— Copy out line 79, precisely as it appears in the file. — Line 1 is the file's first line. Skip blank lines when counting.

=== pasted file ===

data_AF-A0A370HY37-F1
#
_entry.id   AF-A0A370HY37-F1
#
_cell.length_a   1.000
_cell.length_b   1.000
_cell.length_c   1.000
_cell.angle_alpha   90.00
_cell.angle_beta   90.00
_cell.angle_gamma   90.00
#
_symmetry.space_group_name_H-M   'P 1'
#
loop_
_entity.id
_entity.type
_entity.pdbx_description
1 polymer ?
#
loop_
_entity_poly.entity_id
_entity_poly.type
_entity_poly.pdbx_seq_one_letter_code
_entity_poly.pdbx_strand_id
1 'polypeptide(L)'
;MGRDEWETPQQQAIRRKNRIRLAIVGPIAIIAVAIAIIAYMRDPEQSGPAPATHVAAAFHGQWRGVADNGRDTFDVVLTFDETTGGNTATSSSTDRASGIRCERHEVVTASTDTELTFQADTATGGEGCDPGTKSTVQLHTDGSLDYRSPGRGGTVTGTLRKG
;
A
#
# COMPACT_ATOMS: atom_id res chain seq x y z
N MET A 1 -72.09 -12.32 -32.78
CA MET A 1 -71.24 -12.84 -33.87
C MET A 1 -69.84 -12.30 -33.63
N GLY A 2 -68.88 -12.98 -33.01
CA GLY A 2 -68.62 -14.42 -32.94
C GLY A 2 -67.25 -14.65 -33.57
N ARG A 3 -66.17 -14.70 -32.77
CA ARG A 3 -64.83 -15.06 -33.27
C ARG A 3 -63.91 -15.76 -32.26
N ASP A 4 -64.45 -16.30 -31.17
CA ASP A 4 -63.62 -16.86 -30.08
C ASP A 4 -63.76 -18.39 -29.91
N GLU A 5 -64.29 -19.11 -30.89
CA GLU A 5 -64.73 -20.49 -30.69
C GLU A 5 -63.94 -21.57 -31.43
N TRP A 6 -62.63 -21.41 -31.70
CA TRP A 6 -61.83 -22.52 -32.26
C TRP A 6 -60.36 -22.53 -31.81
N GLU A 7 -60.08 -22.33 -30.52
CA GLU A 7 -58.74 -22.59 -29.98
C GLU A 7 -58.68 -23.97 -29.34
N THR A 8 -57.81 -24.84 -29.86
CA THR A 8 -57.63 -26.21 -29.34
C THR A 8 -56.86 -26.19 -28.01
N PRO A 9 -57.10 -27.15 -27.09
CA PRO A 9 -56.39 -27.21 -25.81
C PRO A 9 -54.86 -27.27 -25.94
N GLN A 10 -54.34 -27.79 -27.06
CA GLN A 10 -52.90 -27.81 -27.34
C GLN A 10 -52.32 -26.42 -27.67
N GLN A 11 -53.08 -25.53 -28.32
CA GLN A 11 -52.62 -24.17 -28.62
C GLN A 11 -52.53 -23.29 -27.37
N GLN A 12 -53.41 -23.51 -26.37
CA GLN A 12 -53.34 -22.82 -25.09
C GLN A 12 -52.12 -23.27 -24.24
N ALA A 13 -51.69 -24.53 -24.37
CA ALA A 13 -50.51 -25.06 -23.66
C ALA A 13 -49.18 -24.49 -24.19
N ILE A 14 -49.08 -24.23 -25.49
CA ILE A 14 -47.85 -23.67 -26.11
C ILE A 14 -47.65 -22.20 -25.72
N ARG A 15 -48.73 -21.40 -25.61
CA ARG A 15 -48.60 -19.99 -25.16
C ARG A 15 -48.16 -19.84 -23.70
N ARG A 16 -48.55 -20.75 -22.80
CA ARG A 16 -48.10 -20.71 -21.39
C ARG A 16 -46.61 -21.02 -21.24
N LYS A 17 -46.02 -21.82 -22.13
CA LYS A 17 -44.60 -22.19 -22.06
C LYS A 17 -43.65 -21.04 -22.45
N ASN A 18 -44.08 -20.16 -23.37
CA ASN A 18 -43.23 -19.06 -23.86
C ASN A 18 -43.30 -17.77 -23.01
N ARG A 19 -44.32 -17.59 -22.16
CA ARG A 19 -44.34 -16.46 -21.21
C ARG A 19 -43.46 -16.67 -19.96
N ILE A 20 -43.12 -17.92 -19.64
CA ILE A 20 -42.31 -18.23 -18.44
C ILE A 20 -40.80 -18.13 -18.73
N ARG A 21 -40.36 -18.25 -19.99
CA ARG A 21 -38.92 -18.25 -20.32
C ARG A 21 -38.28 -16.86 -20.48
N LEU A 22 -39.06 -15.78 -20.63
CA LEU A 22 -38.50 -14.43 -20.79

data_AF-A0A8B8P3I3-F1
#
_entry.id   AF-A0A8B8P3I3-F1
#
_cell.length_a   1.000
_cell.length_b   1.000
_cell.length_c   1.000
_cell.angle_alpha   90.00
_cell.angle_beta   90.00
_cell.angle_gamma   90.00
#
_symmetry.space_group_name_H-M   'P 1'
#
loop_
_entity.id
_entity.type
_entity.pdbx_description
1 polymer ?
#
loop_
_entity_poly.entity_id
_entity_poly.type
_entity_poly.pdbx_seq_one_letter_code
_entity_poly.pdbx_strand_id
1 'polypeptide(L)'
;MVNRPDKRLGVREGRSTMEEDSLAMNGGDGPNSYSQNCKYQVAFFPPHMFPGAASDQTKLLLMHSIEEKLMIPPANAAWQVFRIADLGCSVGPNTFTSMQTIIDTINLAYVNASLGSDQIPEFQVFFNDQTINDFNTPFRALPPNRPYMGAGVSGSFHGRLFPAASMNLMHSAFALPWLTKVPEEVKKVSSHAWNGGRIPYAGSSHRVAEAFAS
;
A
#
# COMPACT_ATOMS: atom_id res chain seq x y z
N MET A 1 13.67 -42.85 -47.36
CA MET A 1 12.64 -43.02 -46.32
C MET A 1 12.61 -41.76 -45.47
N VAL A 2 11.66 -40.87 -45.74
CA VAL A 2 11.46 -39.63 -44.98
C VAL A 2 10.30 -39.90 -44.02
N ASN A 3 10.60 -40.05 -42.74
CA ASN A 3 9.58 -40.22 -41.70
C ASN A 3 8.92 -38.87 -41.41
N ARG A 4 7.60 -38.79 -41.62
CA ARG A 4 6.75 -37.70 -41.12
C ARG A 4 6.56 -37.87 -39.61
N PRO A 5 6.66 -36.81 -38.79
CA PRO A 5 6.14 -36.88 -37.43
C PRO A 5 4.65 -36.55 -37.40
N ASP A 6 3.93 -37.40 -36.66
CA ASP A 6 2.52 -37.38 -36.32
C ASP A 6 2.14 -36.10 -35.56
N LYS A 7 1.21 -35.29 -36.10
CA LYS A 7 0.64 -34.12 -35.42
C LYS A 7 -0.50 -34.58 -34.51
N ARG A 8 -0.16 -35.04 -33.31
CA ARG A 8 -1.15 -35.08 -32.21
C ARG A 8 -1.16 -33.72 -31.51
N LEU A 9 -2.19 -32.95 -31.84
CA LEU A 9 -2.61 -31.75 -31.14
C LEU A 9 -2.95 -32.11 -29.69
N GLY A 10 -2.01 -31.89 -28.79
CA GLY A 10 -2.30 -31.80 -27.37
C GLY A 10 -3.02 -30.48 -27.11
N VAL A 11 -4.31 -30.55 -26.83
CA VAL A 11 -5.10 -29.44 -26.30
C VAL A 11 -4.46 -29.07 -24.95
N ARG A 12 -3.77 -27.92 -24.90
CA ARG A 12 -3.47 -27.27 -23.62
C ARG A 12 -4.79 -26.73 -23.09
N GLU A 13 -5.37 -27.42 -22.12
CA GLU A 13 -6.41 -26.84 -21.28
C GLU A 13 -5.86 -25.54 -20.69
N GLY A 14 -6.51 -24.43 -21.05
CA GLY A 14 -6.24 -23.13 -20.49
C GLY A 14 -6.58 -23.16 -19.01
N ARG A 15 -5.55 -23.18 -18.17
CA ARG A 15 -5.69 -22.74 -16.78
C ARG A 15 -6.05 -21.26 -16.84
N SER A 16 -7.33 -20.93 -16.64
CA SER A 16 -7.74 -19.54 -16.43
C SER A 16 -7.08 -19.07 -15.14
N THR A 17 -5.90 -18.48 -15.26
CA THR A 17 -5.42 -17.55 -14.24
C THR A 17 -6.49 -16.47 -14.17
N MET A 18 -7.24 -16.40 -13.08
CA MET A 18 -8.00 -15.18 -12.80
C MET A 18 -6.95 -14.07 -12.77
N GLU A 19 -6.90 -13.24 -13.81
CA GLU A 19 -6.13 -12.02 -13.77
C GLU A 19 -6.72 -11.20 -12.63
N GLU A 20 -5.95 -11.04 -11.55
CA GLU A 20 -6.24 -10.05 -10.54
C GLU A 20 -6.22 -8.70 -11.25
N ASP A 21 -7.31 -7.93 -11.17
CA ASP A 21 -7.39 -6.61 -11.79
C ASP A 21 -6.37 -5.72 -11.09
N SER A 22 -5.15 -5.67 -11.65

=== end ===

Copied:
N LYS A 17 -46.02 -21.82 -22.13